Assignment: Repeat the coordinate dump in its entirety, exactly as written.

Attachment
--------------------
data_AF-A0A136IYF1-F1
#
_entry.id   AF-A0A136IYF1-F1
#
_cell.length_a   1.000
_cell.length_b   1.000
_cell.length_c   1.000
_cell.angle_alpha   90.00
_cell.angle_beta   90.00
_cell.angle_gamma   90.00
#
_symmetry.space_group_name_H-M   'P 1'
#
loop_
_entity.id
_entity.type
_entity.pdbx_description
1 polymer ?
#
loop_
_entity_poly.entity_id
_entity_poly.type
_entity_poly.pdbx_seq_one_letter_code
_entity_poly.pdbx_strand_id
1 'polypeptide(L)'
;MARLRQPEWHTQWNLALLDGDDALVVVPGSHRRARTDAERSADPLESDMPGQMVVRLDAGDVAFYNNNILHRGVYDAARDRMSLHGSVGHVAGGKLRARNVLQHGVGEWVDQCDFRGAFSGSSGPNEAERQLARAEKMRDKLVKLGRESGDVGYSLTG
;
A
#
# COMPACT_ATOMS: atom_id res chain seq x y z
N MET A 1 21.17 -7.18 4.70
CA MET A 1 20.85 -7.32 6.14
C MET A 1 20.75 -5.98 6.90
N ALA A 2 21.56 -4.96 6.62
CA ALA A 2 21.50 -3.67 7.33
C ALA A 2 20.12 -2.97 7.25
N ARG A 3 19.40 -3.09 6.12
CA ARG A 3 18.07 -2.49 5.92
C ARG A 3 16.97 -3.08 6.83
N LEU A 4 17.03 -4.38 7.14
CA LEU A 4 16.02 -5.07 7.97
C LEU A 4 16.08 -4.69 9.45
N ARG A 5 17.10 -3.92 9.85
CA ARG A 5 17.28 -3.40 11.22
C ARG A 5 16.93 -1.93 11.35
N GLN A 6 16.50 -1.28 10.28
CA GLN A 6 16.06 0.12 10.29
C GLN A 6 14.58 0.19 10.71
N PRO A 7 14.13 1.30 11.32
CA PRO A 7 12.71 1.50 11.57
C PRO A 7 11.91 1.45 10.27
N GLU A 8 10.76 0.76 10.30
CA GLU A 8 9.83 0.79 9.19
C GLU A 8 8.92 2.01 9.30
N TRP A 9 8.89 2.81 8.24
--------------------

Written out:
data_AF-A0A136IYF1-F1
#
_entry.id   AF-A0A136IYF1-F1
#
_cell.length_a   1.000
_cell.length_b   1.000
_cell.length_c   1.000
_cell.angle_alpha   90.00
_cell.angle_beta   90.00
_cell.angle_gamma   90.00
#
_symmetry.space_group_name_H-M   'P 1'
#
loop_
_entity.id
_entity.type
_entity.pdbx_description
1 polymer ?
#
loop_
_entity_poly.entity_id
_entity_poly.type
_entity_poly.pdbx_seq_one_letter_code
_entity_poly.pdbx_strand_id
1 'polypeptide(L)'
;MARLRQPEWHTQWNLALLDGDDALVVVPGSHRRARTDAERSADPLESDMPGQMVVRLDAGDVAFYNNNILHRGVYDAARDRMSLHGSVGHVAGGKLRARNVLQHGVGEWVDQCDFRGAFSGSSGPNEAERQLARAEKMRDKLVKLGRESGDVGYSLTG
;
A
#
# COMPACT_ATOMS: atom_id res chain seq x y z
N MET A 1 21.17 -7.18 4.70
CA MET A 1 20.85 -7.32 6.14
C MET A 1 20.75 -5.98 6.90
N ALA A 2 21.56 -4.96 6.62
CA ALA A 2 21.50 -3.67 7.33
C ALA A 2 20.12 -2.97 7.25
N ARG A 3 19.40 -3.09 6.12
CA ARG A 3 18.07 -2.49 5.92
C ARG A 3 16.97 -3.08 6.83
N LEU A 4 17.03 -4.38 7.14
CA LEU A 4 16.02 -5.07 7.97
C LEU A 4 16.08 -4.69 9.45
N ARG A 5 17.10 -3.92 9.85
CA ARG A 5 17.28 -3.40 11.22
C ARG A 5 16.93 -1.93 11.35
N GLN A 6 16.50 -1.28 10.28
CA GLN A 6 16.06 0.12 10.29
C GLN A 6 14.58 0.19 10.71
N PRO A 7 14.13 1.30 11.32
CA PRO A 7 12.71 1.50 11.57
C PRO A 7 11.91 1.45 10.27
N GLU A 8 10.76 0.76 10.30
CA GLU A 8 9.83 0.79 9.19
C GLU A 8 8.92 2.01 9.30
N TRP A 9 8.89 2.81 8.24